When a horrific terrorist attack happens, the first question that comes to my mind is, How afraid should I be? I live in Washington, D.C., so it’s fair to assume that my family and I are, at any given time, at risk of being killed or injured in a terrorist attack.
The other night, I visited my daughter’s kindergarten classroom and sat in her miniature chair as the teacher gave a recap of the class progress so far. In that little chair, I learned something my daughter doesn’t know yet: she’s being ranked.
When I was in my 20s, I was obsessed with the fear that I was not actually saved — that my so-called “faith” was nothing but an elaborate web of self-deception that would end in eternal damnation.
I spent a lot of my early Christian walk hiding the areas of brokenness of which I was most ashamed. It was like I believed the worst stuff would go away if I simply didn’t acknowledge it. All it did, however, was cover up the symptoms until my issues bubbled to the surface, causing me to sink into shame. But over the years, the Lord spoke a lot of comfort to me with this Bible story about a man who was seen as unapproachable.
This is a story about a law student, a partner at a firm, and gross towel usage. Brace yourself. Here we go.
Last week, Washington, DC, was abuzz with excitement over the blizzard that was forecasted to dump two feet of snow on the city. The snow was just beginning to fall when I looked out the window and saw something across the street that surprised me: a homeless man was sitting against a brick wall, drinking something. “Hey girls,” I said, “look out the window.”
Last week, a series of minor, negative events happened throughout the morning. It started with a bit of unexpected, disappointing news, and the dominos just kept falling from there. By mid-afternoon, my chest felt tight with anxiety, and my breathing was slightly more shallow than normal. When I got home, I made dinner for my daughters and tried to distract myself from the heaviness inside by checking my email and social media. It didn’t work.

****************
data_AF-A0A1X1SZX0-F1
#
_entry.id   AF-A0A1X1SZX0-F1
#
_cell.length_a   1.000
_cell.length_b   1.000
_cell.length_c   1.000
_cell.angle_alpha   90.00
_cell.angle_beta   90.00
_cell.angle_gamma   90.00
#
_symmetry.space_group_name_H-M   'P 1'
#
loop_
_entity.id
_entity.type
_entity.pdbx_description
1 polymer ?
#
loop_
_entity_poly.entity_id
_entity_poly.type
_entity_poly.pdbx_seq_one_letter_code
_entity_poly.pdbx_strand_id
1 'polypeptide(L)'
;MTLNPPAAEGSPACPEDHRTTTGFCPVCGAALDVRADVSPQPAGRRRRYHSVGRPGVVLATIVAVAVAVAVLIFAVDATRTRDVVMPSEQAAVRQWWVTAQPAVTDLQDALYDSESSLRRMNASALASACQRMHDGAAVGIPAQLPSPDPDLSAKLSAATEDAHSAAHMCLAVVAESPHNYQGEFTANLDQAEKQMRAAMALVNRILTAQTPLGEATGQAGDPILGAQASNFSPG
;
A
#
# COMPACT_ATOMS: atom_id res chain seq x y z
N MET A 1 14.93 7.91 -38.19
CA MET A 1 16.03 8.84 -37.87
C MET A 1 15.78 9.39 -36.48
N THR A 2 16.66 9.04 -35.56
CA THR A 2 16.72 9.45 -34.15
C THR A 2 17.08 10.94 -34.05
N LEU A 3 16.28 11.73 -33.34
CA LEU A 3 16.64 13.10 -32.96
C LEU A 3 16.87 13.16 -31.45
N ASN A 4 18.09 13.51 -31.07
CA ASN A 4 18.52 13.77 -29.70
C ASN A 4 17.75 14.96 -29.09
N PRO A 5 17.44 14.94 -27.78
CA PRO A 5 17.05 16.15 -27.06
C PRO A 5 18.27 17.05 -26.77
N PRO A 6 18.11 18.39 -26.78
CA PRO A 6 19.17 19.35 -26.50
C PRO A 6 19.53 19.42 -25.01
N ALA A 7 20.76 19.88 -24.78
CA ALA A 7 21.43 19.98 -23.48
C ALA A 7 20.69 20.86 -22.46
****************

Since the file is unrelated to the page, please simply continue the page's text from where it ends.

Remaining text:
Last week, I wrote an op-ed for Fox News Opinion called, “How to Know the Moment When You Really Got Saved.” I have never written something that provoked so many comments, personal emails, or Facebook messages. Fortunately, most of the responses were filled with awe at how completely God saved us through the blood of His Son, Jesus. And one of those messages, in particular, touched me.
Be careful what you name yourself; and be careful what you allow others to name you. Clown. Dumb blonde.
Last weekend, I got out our trusty, old fake Christmas tree and put it together. But when I plugged it in, I discovered that half of the lights in the middle section were dead.
In March of 2001 I was hospitalized for emergency abdominal surgery, a blockage. In the course of it, I developed a serious blood clot, which also had to be treated.
Back in college, I was a high maintenance friend. As I’ve described in my article, “Facing Insecurity, Finding Friendship,” “I always needed a prompt reply to my phone call or email, an enthusiastic ‘yes’ to my invitations. I needed to be coddled and comforted and assured that I was liked. If someone neglected to call back, it couldn’t be because they forgot — no way, it had to be because they were ignoring me and my all-important need for affirmation.”
A few days ago, my wife and I drove our daughters to their first day of school. I hardly noticed that my breathing was becoming shallower as we got closer. I didn’t want to notice it. “You know,” I said, “I’m not going to cry when we say goodbye to the girls today, but I understand why parents do.”
When I was growing up in Petal, Mississippi, I felt a steady sense of being out-of-place. I didn’t play sports; my dad didn’t take me hunting; I paid the reduced price for my school lunch; and we weren’t Southern Baptists like almost everyone else in town. These were a few of the clues that helped me see that I didn’t belong.
Although I hate ironing, I went on a wild ironing spree this past Sunday afternoon.